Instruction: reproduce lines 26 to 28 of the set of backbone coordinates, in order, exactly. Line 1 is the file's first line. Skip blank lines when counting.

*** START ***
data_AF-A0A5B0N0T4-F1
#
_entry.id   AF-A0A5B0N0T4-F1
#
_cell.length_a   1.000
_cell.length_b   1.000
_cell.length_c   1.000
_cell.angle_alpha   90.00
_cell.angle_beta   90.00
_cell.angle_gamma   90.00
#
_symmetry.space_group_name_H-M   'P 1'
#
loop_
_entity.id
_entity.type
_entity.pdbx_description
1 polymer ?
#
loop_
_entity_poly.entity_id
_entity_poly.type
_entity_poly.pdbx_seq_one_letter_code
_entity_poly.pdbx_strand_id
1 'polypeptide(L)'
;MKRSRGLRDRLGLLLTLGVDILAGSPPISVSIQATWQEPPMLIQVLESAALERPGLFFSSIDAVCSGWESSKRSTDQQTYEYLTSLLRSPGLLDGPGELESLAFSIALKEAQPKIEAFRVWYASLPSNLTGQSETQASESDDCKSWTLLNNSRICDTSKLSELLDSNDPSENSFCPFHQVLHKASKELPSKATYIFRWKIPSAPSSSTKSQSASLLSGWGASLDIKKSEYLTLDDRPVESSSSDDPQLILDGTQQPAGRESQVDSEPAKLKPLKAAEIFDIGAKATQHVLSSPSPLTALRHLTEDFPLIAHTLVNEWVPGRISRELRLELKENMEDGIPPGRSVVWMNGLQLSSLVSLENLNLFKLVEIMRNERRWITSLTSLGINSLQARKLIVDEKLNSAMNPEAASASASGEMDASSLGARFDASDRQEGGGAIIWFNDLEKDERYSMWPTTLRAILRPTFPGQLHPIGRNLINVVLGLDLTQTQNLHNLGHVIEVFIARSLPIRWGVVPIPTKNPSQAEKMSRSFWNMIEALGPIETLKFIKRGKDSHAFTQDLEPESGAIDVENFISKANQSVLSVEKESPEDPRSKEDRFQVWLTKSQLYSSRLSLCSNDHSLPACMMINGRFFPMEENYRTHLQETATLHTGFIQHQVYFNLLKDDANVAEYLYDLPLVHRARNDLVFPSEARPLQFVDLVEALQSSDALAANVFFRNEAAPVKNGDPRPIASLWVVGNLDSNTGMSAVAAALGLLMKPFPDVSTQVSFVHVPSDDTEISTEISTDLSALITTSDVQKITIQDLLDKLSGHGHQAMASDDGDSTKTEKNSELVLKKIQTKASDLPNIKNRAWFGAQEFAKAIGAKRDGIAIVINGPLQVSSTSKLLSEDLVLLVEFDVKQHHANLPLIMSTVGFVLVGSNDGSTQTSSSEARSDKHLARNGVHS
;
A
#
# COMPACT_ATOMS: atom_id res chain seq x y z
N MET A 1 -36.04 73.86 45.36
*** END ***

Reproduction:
;MKRSRGLRDRLGLLLTLGVDILAGSPPISVSIQATWQEPPMLIQVLESAALERPGLFFSSIDAVCSGWESSKRSTDQQTYEYLTSLLRSPGLLDGPGELESLAFSIALKEAQPKIEAFRVWYASLPSNLTGQSETQASESDDCKSWTLLNNSRICDTSKLSELLDSNDPSENSFCPFHQVLHKASKELPSKATYIFRWKIPSAPSSSTKSQSASLLSGWGASLDIKKSEYLTLDDRPVESSSSDDPQLILDGTQQPAGRESQVDSEPAKLKPLKAAEIFDIGAKATQHVLSSPSPLTALRHLTEDFPLIAHTLVNEWVPGRISRELRLELKENMEDGIPPGRSVVWMNGLQLSSLVSLENLNLFKLVEIMRNERRWITSLTSLGINSLQARKLIVDEKLNSAMNPEAASASASGEMDASSLGARFDASDRQEGGGAIIWFNDLEKDERYSMWPTTLRAILRPTFPGQLHPIGRNLINVVLGLDLTQTQNLHNLGHVIEVFIARSLPIRWGVVPIPTKNPSQAEKMSRSFWNMIEALGPIETLKFIKRGKDSHAFTQDLEPESGAIDVENFISKANQSVLSVEKESPEDPRSKEDRFQVWLTKSQLYSSRLSLCSNDHSLPACMMINGRFFPMEENYRTHLQETATLHTGFIQHQVYFNLLKDDANVAEYLYDLPLVHRARNDLVFPSEARPLQFVDLVEALQSSDALAANVFFRNEAAPVKNGDPRPIASLWVVGNLDSNTGMSAVAAALGLLMKPFPDVSTQVSFVHVPSDDTEISTEISTDLSALITTSDVQKITIQDLLDKLSGHGHQAMASDDGDSTKTEKNSELVLKKIQTKASDLPNIKNRAWFGAQEFAKAIGAKRDGIAIVINGPLQVSSTSKLLSEDLVLLVEFDVKQHHANLPLIMSTVGFVLVGSNDGSTQTSSSEARSDKHLARNGVHS
;
A